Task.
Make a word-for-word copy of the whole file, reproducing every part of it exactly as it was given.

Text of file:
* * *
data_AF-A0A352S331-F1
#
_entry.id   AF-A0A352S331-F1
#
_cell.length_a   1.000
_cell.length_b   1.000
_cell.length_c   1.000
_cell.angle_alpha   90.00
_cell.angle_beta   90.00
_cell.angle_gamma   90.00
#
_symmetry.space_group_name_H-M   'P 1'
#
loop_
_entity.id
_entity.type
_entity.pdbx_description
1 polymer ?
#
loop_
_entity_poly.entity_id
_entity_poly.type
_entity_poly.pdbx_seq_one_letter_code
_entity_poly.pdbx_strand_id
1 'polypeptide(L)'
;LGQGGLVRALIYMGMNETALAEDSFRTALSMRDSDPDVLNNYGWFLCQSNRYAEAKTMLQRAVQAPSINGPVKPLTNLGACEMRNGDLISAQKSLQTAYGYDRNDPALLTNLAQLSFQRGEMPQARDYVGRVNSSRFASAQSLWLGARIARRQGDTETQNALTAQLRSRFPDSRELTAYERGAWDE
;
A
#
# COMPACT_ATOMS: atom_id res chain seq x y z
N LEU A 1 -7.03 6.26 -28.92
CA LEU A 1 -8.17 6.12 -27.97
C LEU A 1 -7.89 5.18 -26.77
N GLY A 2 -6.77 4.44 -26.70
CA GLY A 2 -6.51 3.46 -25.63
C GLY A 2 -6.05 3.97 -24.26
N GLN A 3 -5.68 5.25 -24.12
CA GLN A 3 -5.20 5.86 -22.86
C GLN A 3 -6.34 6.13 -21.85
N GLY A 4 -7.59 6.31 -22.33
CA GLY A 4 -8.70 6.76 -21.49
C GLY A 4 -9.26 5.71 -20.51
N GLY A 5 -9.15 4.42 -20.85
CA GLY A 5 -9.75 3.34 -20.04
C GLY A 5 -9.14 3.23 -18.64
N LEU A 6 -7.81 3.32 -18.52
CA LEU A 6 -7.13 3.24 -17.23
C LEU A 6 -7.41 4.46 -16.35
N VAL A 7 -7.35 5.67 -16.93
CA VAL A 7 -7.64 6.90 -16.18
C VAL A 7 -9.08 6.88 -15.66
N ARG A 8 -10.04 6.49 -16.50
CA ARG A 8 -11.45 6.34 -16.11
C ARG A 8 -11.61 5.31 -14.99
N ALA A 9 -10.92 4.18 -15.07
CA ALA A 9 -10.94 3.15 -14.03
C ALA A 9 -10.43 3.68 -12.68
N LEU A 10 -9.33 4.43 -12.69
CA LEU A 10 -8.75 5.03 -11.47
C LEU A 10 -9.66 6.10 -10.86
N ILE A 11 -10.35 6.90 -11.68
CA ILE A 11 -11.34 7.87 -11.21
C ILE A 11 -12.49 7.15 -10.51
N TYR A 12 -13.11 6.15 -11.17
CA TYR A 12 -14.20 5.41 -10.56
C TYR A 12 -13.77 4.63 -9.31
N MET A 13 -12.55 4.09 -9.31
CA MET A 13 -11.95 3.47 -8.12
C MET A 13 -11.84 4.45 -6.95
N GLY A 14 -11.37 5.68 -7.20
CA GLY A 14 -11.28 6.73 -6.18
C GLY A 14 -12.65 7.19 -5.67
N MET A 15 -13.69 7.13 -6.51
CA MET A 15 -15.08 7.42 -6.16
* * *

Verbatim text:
data_AF-A0A352S331-F1
#
_entry.id   AF-A0A352S331-F1
#
_cell.length_a   1.000
_cell.length_b   1.000
_cell.length_c   1.000
_cell.angle_alpha   90.00
_cell.angle_beta   90.00
_cell.angle_gamma   90.00
#
_symmetry.space_group_name_H-M   'P 1'
#
loop_
_entity.id
_entity.type
_entity.pdbx_description
1 polymer ?
#
loop_
_entity_poly.entity_id
_entity_poly.type
_entity_poly.pdbx_seq_one_letter_code
_entity_poly.pdbx_strand_id
1 'polypeptide(L)'
;LGQGGLVRALIYMGMNETALAEDSFRTALSMRDSDPDVLNNYGWFLCQSNRYAEAKTMLQRAVQAPSINGPVKPLTNLGACEMRNGDLISAQKSLQTAYGYDRNDPALLTNLAQLSFQRGEMPQARDYVGRVNSSRFASAQSLWLGARIARRQGDTETQNALTAQLRSRFPDSRELTAYERGAWDE
;
A
#
# COMPACT_ATOMS: atom_id res chain seq x y z
N LEU A 1 -7.03 6.26 -28.92
CA LEU A 1 -8.17 6.12 -27.97
C LEU A 1 -7.89 5.18 -26.77
N GLY A 2 -6.77 4.44 -26.70
CA GLY A 2 -6.51 3.46 -25.63
C GLY A 2 -6.05 3.97 -24.26
N GLN A 3 -5.68 5.25 -24.12
CA GLN A 3 -5.20 5.86 -22.86
C GLN A 3 -6.34 6.13 -21.85
N GLY A 4 -7.59 6.31 -22.33
CA GLY A 4 -8.70 6.76 -21.49
C GLY A 4 -9.26 5.71 -20.51
N GLY A 5 -9.15 4.42 -20.85
CA GLY A 5 -9.75 3.34 -20.04
C GLY A 5 -9.14 3.23 -18.64
N LEU A 6 -7.81 3.32 -18.52
CA LEU A 6 -7.13 3.24 -17.23
C LEU A 6 -7.41 4.46 -16.35
N VAL A 7 -7.35 5.67 -16.93
CA VAL A 7 -7.64 6.90 -16.18
C VAL A 7 -9.08 6.88 -15.66
N ARG A 8 -10.04 6.49 -16.50
CA ARG A 8 -11.45 6.34 -16.11
C ARG A 8 -11.61 5.31 -14.99
N ALA A 9 -10.92 4.18 -15.07
CA ALA A 9 -10.94 3.15 -14.03
C ALA A 9 -10.43 3.68 -12.68
N LEU A 10 -9.33 4.43 -12.69
CA LEU A 10 -8.75 5.03 -11.47
C LEU A 10 -9.66 6.10 -10.86
N ILE A 11 -10.35 6.90 -11.68
CA ILE A 11 -11.34 7.87 -11.21
C ILE A 11 -12.49 7.15 -10.51
N TYR A 12 -13.11 6.15 -11.17
CA TYR A 12 -14.20 5.41 -10.56
C TYR A 12 -13.77 4.63 -9.31
N MET A 13 -12.55 4.09 -9.31
CA MET A 13 -11.95 3.47 -8.12
C MET A 13 -11.84 4.45 -6.95
N GLY A 14 -11.37 5.68 -7.20
CA GLY A 14 -11.28 6.73 -6.18
C GLY A 14 -12.65 7.19 -5.67
N MET A 15 -13.69 7.13 -6.51
CA MET A 15 -15.08 7.42 -6.16